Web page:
After finally getting my old server password liberated, I am happy to post the pdfs of the slides from the 127th Vermont Apple Growers’ meeting (a shorter title seems okay here).



News from UVM Fruit Team and expectations for 2022

Dr. Terence Bradshaw

Updates to Vermont Pesticide Policy

Steve Dwinell, Director, Public Health & Agricultural Resource Management Division

Vermont Agency of Agriculture, Food and Markets

Back to Basics: Core Integrated Pest Management Concepts

Dr. Terence Bradshaw

Back to Basics: Integrated Pest Management Strategies for Managing Insect Pests

Dr. Jaime Piñero, UMASS Fruit Program

Novel Strategies for Managing Insect Pests

Dr. Jaime Piñero, UMASS Fruit Program

Disease Management in Vermont Orchards

Dr. Srdjan Acimovic, Virginia Tech

Risk Management for Retail Farm Operations

Stuart Farnham, Frazer Insurance Agency

Thanks again for a good meeting, and I am sorry about the lack or a streamed / recorded option.


Webinar on spotted lanternfly Feb 21, 2023

Feb. 21, 12:00 – 1:00: Webinar: Spotted Lanternfly

It is just a matter of time before spotted lanternfly makes its way to Vermont. Brian Walsh, Penn State Extension, will describe how this invasive leafhopper has impacted municipalities in the northeast and provide information to share with your communities. Register here.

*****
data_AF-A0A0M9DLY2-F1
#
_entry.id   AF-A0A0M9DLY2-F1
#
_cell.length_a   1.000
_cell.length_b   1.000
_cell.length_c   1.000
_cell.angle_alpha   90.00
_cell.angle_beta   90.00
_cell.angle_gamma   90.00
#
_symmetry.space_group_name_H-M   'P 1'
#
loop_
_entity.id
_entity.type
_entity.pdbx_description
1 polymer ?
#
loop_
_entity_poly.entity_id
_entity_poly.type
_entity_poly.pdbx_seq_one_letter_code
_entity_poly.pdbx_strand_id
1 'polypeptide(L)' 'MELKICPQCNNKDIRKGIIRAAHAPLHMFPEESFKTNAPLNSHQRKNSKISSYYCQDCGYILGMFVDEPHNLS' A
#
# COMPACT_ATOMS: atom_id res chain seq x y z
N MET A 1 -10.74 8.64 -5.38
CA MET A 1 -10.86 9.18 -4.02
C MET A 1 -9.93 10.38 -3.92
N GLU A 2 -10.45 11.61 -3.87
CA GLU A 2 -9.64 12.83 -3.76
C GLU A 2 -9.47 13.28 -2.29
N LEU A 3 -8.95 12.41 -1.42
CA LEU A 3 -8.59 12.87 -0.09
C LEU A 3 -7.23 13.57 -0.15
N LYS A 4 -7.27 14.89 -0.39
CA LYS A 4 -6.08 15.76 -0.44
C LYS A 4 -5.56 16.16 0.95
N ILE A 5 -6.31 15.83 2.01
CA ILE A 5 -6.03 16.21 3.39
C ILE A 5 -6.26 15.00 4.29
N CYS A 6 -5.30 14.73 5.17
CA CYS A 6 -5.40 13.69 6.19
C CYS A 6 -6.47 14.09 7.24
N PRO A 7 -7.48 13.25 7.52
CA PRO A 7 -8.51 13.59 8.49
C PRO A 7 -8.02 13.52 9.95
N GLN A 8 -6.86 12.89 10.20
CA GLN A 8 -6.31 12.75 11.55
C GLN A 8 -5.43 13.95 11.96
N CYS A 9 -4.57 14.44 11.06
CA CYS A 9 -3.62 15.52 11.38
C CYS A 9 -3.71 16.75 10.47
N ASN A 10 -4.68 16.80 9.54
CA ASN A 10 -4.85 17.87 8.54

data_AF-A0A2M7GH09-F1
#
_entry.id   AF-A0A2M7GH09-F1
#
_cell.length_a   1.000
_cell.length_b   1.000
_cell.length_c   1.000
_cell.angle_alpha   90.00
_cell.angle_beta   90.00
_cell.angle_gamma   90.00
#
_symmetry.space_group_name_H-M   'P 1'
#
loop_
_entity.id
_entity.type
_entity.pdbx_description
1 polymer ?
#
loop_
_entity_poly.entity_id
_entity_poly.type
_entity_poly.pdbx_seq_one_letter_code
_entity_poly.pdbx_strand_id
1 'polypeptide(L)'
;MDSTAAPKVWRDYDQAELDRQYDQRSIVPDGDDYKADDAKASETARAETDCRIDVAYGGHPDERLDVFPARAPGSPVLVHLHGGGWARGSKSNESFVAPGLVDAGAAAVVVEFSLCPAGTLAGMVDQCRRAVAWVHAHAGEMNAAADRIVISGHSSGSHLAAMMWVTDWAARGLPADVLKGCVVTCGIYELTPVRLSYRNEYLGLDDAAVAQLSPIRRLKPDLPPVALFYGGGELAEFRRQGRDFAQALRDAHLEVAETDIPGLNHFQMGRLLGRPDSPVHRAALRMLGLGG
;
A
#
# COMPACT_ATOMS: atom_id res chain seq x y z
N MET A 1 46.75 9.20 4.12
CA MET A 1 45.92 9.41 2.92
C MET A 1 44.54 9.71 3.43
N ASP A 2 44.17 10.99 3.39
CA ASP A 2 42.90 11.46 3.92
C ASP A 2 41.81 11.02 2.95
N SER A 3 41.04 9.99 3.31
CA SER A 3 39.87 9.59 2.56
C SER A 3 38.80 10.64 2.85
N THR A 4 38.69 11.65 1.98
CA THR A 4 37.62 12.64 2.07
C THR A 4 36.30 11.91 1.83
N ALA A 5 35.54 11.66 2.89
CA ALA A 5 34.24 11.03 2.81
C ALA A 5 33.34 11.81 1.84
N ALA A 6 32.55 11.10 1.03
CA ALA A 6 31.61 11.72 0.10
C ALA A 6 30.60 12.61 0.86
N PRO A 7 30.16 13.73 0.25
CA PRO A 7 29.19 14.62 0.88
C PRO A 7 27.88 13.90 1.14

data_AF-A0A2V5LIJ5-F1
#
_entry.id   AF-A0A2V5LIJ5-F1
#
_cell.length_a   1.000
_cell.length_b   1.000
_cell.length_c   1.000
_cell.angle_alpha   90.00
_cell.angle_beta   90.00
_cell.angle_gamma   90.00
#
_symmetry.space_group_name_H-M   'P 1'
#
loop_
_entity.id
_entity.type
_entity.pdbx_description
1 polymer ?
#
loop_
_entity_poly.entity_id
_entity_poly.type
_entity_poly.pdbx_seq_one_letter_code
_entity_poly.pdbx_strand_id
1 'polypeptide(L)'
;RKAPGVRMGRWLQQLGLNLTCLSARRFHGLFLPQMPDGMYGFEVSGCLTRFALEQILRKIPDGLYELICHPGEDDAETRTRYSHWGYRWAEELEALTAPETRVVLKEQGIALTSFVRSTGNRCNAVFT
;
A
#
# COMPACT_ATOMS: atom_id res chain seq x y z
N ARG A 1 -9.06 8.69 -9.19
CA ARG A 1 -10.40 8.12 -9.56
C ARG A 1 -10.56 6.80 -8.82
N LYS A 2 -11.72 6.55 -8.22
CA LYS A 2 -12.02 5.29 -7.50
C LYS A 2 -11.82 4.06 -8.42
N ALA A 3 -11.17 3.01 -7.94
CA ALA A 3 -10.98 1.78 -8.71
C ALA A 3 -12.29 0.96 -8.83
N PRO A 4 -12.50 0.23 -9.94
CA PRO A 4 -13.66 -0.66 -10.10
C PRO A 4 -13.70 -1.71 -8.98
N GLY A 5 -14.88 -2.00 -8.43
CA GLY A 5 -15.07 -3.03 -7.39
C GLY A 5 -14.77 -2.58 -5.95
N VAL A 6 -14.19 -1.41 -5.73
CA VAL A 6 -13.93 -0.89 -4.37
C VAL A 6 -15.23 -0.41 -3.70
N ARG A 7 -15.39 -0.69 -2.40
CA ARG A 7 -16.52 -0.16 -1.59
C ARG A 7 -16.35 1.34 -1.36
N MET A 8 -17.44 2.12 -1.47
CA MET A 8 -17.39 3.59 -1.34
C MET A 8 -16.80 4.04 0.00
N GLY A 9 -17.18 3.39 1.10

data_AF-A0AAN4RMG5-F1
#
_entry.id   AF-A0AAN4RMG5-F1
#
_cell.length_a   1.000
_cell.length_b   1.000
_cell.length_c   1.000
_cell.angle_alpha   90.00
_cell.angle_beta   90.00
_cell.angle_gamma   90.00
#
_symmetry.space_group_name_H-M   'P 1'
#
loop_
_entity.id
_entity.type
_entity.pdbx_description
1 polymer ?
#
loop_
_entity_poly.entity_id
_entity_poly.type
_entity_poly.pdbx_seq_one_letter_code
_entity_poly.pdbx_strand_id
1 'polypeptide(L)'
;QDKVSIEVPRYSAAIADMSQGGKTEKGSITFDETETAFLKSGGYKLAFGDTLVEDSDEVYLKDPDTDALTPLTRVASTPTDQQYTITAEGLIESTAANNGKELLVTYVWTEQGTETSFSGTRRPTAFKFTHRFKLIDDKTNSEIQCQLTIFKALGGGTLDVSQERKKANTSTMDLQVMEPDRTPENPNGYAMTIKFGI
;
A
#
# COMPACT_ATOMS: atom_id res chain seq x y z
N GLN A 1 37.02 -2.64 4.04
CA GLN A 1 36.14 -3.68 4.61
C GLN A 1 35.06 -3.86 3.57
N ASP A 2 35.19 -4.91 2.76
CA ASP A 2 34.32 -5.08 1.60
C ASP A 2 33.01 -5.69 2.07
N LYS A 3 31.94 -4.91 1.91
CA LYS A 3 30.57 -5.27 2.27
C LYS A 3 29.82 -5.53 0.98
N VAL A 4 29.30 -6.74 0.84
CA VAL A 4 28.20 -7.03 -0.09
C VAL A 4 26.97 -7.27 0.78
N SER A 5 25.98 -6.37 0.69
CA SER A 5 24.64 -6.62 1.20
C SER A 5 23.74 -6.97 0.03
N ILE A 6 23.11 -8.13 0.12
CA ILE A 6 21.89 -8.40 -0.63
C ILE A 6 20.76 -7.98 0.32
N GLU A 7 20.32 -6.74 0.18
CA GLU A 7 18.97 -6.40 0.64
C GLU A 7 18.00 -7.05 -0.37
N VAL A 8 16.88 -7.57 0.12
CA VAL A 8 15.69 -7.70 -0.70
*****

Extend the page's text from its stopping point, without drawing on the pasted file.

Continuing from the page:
Hosted by Vermont Urban & Community Forestry Council

Upcoming VTFGA annual conference

Good morning,

It’s been too long since we have gotten together as friends and as an industry to catch up and share knowledge to ensure the sustainability of Vermont apples.

The 127th annual VTFGA conference is less than three weeks away. We’ll be meeting in person at the American Legion in Middlebury on Friday, February 17th. If you plan on attending it would help with our planning if you registered soon. Register online ( or use the paper form attached to this email. Walk in registration is an option but not preferred.

Attending the meeting qualifies attendees for 3 VT pesticide credits.

Your membership to VTFGA includes an annual membership and listing to DIG IN VERMONT (, a $50 value. Also included in a VTFGA membership is a listing on the Vermont Apples webpage ( Your dues also help pay for fall marketing campaigns.